NUEVA VIZCAYA, Philippines – Quality healthcare is just for the rich? Not in the newest hospital at the heart of Solano, Nueva Vizcaya.
This is because even common folk – local farmers, caregivers, and teachers – invested their money to help build the Salubris Medical Center.
In turn, the investors and their beneficiaries are to receive discounts in medical services once the hospital is fully operational.
Salubris is the brainchild of the Medical Mission Group Hospital and Health Services Cooperative-Nueva Vizcaya, composed by Dr Willie Damasco, Dr Justo Dañguilan, Dr Jaime Venturina, Dr Excelsior Valdez, and Dr Antonio Padre.
In 2005, they sought to build a private hospital that provides quality medical services to the poor.
“We wanted the hospital to be a community-based hospital. We want to involve the masses, so that the hospital will become a hospital of the masses, of the community. That’s why we tried to ask people to invest,” said Damasco, Salubris chairman and chief executive officer.
Among Salubris’ investors are retired teacher Abelaida de Guzman and caregiver Adela Umingle, both residents of Nueva Vizcaya. Both have one share each in the hospital after they invested P200,000 in the last two years.
“They showed us the documents containing the plans for Salubris. Their explanation was excellent. I was convinced to invest because of the benefits,” said De Guzman in Filipino when asked why she made the investment.
Umingle believes her investment was worth it because she and her relatives will soon have access to quality healthcare near their home.
“It’s better for me to just go here instead of going to Manila, which is very far away. The equipment is already complete,” she said in FIlipino.
All in all, Salubris’ founders were able to raise around P350 million to build the hospital, which took almost 12 years to complete. (READ: You can’t reduce poverty without a strong public health care system)
Salubris boasts of state-of-the art facilities, including 133 beds, 10 glass-walled rooms in its intensive care unit, operating rooms dedicated for eye surgeries, orthopedic cases, and general surgery, as well as a health spa, gym, and sauna in its wellness center.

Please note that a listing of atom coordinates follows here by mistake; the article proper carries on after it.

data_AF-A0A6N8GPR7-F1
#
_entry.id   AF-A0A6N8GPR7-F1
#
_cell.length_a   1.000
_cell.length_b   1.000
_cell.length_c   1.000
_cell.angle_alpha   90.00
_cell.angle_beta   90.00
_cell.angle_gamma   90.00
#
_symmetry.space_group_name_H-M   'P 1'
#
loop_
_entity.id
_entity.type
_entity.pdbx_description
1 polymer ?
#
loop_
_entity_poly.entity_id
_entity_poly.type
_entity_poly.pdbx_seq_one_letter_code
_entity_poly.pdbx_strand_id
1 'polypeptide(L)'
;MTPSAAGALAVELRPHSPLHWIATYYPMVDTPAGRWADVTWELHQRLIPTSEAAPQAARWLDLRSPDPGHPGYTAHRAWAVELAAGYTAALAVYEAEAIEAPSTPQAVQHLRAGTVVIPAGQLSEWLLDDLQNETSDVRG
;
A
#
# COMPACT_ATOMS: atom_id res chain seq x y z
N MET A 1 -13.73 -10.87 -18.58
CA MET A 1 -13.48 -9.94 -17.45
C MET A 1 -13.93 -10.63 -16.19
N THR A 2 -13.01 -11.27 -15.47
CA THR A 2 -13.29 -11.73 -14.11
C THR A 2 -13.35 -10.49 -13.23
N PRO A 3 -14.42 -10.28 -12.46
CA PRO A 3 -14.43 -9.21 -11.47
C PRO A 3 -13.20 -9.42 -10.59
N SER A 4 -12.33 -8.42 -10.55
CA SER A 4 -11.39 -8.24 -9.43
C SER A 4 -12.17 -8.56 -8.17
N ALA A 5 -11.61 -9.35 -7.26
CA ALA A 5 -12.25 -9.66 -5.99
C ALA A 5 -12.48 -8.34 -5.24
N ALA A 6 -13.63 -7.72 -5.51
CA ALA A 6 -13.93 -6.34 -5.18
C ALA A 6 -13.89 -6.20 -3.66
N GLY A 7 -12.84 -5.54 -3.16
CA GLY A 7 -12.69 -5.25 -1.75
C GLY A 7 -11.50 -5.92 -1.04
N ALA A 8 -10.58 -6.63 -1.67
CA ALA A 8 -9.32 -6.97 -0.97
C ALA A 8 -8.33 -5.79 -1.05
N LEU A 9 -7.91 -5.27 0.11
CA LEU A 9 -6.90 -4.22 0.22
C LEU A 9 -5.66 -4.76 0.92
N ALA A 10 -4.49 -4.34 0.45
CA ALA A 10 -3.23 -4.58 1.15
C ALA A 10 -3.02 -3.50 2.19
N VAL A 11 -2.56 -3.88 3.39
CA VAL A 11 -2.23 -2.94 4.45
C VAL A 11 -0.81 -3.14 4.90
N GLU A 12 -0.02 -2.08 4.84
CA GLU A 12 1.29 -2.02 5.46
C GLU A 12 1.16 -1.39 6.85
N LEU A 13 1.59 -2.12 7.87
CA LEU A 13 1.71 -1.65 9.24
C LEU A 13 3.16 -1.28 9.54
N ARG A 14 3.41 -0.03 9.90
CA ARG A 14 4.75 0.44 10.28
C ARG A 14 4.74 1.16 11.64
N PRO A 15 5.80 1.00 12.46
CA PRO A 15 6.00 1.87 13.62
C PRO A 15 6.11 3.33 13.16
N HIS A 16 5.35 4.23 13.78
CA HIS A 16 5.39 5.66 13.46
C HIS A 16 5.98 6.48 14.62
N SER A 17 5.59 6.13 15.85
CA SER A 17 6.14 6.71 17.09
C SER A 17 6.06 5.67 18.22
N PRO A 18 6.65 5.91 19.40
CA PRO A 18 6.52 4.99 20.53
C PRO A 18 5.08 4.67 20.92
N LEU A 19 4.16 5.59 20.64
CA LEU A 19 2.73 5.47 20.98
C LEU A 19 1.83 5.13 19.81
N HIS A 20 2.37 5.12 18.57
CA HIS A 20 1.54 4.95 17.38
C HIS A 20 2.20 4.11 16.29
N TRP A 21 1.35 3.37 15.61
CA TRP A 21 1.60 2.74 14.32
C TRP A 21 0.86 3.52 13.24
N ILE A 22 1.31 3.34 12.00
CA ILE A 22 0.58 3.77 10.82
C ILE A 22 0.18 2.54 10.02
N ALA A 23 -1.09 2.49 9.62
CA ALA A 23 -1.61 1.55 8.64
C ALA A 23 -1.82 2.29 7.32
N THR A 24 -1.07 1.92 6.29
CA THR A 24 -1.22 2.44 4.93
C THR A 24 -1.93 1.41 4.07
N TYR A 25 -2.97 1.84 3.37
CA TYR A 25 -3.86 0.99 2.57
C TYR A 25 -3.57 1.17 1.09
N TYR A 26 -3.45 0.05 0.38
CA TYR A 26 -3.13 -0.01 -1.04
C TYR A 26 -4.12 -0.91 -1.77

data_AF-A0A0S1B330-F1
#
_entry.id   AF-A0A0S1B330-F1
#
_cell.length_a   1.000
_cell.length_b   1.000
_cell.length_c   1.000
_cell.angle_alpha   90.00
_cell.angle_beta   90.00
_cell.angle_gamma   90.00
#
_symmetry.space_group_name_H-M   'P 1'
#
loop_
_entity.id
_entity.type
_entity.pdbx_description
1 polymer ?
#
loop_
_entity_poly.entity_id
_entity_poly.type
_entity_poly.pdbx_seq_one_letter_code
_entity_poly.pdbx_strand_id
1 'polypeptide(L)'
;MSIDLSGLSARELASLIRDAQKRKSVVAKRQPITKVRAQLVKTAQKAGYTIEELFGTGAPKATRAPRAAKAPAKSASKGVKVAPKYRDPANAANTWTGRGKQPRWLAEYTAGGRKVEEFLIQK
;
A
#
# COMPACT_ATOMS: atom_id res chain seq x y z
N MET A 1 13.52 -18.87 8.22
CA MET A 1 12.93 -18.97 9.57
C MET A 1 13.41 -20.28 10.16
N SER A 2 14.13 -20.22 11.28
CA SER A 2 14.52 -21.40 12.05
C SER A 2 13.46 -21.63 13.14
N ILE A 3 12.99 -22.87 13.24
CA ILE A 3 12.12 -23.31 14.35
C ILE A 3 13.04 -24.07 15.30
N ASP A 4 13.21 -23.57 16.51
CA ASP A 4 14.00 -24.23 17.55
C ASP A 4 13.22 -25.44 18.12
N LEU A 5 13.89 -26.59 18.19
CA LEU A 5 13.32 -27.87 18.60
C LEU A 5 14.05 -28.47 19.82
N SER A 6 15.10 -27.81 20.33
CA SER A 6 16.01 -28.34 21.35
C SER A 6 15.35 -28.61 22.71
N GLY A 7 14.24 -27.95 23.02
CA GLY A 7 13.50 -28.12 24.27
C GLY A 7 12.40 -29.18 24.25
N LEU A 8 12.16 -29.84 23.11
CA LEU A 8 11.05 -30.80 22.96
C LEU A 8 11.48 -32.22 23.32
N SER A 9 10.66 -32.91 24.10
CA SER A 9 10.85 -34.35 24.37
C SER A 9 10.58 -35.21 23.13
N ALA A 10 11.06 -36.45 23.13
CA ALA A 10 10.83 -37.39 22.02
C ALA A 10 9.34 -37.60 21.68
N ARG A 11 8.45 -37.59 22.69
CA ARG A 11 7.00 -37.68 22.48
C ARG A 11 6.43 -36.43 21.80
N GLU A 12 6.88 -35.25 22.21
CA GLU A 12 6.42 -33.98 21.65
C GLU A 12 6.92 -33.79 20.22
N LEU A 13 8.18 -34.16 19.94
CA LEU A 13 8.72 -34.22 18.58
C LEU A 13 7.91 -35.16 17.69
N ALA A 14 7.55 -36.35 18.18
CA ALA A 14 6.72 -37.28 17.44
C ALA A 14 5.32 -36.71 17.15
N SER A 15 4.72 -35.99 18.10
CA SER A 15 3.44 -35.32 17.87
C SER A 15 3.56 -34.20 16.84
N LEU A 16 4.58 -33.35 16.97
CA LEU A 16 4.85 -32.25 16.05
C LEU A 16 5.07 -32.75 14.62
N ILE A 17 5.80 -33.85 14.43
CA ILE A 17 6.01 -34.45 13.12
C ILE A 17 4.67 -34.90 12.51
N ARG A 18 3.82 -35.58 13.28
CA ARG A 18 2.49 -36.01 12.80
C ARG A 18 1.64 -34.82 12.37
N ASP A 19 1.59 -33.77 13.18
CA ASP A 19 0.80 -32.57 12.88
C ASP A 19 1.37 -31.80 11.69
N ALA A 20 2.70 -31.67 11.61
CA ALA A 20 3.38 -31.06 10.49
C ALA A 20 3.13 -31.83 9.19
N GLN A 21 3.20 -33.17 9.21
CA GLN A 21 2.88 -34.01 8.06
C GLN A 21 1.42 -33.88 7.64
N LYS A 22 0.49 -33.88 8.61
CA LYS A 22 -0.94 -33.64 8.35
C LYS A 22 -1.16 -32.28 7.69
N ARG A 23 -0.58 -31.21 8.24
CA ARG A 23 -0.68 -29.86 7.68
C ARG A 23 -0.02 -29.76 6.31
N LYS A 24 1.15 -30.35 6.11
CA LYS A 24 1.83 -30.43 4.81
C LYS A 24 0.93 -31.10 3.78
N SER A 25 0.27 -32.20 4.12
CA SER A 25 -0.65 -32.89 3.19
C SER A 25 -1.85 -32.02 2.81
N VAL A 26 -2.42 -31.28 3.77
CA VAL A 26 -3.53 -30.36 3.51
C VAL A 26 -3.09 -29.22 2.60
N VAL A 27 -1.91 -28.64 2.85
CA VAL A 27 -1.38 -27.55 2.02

Its operating rooms are the only ones in the province that has a positive pressure and laminar flow, meaning the clean air inside stays in the room without contamination.
Salubris is also the only hospital in Nueva Vizcaya that has specialty units for highly specialized services, including a heart station, electromyography, electroencephalography, and other services related to cardiology, neurology, ophthalmology, and otorhinolaryngology.
‘Hospital of the masses’
The hospital was inaugurated on Saturday, October 7, and its board is eyeing the end of the year to secure their license to operate from the Department of Health.
No less than Vice President Leni Robredo, who had praised Salubris’ founders for involving the community in building the hospital, attended the inauguration.
“That’s why we’re trying to reverse that notion that private hospital is only for the rich. Because one of the mission of our Salubris is to have a value-based and compassionate health services to all. Meaning to say, you have to get the worth of your money,” said Damasco.
Valdez, Salubris medical director, said the hospital’s services will be affordable for the poor residents not just in Nueva Vizcaya but also Ifugao, Quirino, Mountain Province, and southern Isabela.
“The room rate, of course, is the most common that would be known by the patient. And it is the reason why they would consider to come here. Our wards are less than P1,000. I think it is even cheaper if you compare that to other private hospitals,” said Valdez.
“Our semi-private is very competitive, in the sense that it is only P1,400 per day… A private room is comparable with our government hospital here, which is only P2,000,” he added.
Ultimately, Damasco said the goal of Salubris is to provide value-based and compassionate patient-centered health care services.
“Here, we trained, we equipped our personnel to be compassionate… They should respect the dignity of any patient, whether they are coming from the lower marginalized population or the community. They have to be treated fairly like the wealthy and the affluent,” he said. – Rappler.com